GPS Assistant Professor Teevrat Garg creates economic and policy models in low- and middle-income countries to explore ecosystems and human health
By Rachel Hommel | GPS News
Environmental damage, climate change and poverty are amongst the most pressing problems in the world today. Working at the intersection of environmental and development economics at the UC San Diego School of Global Policy and Strategy (GPS), Assistant Professor of Economics Teevrat Garg emphasizes the role of public policy in all of his research.
“GPS, and UC San Diego in general, is one of the leading places to do research on development and environmental economics – the two fields I work in,” said Garg. “As a junior faculty member having talented brilliant colleagues who invest in you is incredibly important. I am very fortunate to have access to leaders in my field right next door!”
Working with countries most at risk, his research looks at not only the consequences of rising temperatures and air and water pollution, but also how public policy can help the poor cope with these environmental changes. In recent years, he has conducted research in India, Indonesia, Mexico, Mozambique and Nepal.
“The problem of climate change is far more acute in developing countries where not only are livelihoods increasingly climate-exposed, but also where a large proportion of the population are too poor to defensively invest against rising temperatures,” said Garg.
Renewable Energy Research
In his most recent publication in the Journal of Environmental Economics and Management, Garg and his co-authors examine renewable portfolio standards (RPS), that are commonly promoted as a policy tool to reduce emissions associated with fossil generation, while also stimulating development of local renewable resource endowments.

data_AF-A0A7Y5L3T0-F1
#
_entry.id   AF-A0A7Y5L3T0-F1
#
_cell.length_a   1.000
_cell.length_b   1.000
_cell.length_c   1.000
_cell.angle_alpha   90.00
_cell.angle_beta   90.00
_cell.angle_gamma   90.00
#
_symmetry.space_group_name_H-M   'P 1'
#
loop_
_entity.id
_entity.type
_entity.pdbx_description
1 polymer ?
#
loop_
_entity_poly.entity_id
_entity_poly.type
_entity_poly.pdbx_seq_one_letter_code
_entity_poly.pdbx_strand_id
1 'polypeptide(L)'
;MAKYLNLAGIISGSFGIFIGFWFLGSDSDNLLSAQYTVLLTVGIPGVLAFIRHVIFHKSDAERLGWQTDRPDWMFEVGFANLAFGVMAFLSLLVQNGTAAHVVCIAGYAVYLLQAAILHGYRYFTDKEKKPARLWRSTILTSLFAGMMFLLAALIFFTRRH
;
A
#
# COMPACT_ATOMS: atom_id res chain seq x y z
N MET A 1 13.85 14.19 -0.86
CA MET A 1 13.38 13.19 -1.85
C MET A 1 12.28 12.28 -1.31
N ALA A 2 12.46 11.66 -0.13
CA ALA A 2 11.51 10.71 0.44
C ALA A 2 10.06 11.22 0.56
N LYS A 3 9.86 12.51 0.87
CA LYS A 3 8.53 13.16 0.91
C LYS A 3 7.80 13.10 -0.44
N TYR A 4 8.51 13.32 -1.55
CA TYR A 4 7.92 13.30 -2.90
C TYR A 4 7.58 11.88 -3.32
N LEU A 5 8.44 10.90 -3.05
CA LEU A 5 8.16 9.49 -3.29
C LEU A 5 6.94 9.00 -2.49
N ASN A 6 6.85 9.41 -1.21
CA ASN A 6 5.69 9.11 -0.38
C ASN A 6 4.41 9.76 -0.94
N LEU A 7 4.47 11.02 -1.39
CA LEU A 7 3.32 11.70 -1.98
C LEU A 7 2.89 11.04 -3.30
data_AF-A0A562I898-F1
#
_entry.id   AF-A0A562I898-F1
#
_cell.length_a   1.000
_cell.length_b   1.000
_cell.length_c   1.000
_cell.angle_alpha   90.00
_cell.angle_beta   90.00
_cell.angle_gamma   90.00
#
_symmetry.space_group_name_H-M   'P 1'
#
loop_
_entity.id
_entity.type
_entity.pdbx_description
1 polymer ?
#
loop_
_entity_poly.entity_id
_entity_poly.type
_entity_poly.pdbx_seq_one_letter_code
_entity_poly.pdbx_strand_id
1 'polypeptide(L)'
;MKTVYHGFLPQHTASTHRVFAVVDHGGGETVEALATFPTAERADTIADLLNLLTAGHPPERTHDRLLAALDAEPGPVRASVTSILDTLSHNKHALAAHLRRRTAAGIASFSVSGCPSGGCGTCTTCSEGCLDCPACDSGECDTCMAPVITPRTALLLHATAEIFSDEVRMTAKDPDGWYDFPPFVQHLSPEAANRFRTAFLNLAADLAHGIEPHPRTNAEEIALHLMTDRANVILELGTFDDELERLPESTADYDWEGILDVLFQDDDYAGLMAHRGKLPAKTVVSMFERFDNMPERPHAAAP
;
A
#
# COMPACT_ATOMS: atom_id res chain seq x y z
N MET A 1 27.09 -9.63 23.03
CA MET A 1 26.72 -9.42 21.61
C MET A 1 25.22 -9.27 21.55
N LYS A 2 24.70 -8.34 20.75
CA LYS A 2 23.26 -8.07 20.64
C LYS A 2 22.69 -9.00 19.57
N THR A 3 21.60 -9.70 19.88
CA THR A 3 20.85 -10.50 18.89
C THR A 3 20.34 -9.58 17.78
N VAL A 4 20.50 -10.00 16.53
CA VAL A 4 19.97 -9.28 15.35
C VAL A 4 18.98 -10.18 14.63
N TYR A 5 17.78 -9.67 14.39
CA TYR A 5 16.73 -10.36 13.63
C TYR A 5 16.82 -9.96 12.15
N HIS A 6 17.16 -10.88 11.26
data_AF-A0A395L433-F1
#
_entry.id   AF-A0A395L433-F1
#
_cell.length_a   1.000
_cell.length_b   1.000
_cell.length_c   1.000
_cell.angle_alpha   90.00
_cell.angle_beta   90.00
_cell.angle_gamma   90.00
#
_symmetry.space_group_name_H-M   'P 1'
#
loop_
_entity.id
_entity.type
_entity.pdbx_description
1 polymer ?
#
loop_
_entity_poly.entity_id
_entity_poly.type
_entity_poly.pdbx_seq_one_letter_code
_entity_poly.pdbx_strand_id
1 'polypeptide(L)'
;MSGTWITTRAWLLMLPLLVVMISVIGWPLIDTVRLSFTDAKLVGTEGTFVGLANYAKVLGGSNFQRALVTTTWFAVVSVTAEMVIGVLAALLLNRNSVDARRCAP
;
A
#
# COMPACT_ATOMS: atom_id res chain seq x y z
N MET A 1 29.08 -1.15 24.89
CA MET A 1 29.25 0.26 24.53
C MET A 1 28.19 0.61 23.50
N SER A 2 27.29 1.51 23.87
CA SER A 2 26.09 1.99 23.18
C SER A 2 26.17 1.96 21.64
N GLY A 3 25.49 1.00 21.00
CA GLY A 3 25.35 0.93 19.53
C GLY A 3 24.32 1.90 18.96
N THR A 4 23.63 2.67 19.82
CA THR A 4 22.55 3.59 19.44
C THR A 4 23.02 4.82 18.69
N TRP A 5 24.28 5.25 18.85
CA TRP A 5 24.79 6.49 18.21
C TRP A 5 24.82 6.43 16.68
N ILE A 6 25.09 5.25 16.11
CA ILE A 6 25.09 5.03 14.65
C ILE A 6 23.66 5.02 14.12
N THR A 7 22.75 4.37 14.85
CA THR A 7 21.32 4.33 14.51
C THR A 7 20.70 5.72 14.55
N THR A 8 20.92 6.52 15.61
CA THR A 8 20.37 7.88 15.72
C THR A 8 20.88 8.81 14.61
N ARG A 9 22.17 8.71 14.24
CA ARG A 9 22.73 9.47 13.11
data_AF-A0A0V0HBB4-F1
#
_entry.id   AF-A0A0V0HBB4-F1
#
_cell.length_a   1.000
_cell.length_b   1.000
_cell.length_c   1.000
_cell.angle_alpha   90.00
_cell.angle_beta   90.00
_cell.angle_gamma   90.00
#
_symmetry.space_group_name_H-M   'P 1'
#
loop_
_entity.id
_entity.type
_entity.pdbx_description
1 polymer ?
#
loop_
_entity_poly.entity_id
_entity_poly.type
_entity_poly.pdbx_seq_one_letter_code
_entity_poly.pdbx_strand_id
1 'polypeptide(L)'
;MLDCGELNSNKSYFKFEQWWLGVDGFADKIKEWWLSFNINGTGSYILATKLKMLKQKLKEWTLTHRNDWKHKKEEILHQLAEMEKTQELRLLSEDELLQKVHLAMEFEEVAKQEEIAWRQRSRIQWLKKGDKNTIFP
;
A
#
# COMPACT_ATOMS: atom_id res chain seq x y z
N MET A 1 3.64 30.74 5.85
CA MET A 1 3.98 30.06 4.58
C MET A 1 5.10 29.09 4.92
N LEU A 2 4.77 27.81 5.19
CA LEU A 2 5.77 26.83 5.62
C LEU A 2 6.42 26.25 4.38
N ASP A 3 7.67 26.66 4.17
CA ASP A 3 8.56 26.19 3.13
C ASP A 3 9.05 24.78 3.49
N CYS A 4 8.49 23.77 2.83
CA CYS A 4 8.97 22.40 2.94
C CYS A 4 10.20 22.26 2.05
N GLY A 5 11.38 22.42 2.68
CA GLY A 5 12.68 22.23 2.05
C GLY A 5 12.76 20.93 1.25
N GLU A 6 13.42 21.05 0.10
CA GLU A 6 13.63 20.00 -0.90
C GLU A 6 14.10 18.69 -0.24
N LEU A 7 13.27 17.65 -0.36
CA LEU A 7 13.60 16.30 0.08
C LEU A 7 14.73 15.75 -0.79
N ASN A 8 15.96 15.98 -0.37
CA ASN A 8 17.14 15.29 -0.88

“These standards are state-level targets designed to encourage the production of energy from renewable resources,” said Garg. “There is a lot of variance in the strength and composition of these standards but the objectives have been to reduce emissions from fossil fuels and to create new ‘green-economy’ jobs.”
As the paper illustrates, by the nature of these standards, they will in practice deliver only one of these objectives; states will either see large emissions reductions or large “green booms” but not both. Which one a state gets will depend on a number of state-specific criteria. For example, in California, a stricter standard will likely result in large emissions reductions. By contrast, in Ohio, a higher standard would result in sizable green economy booms.
Global Environmental Economics
India and Indonesia have both seen impressive economic advances, while at the same time experienced massive environmental challenges. Drawn to Asia’s southern hemisphere, with populous developing countries, Garg’s work in the region looks at the consequences of adaptation to climate change.
“One could argue that along with China, India and Indonesia are the three most pressing areas to develop innovative policies that address both economic development and environmental conservation,” said Garg.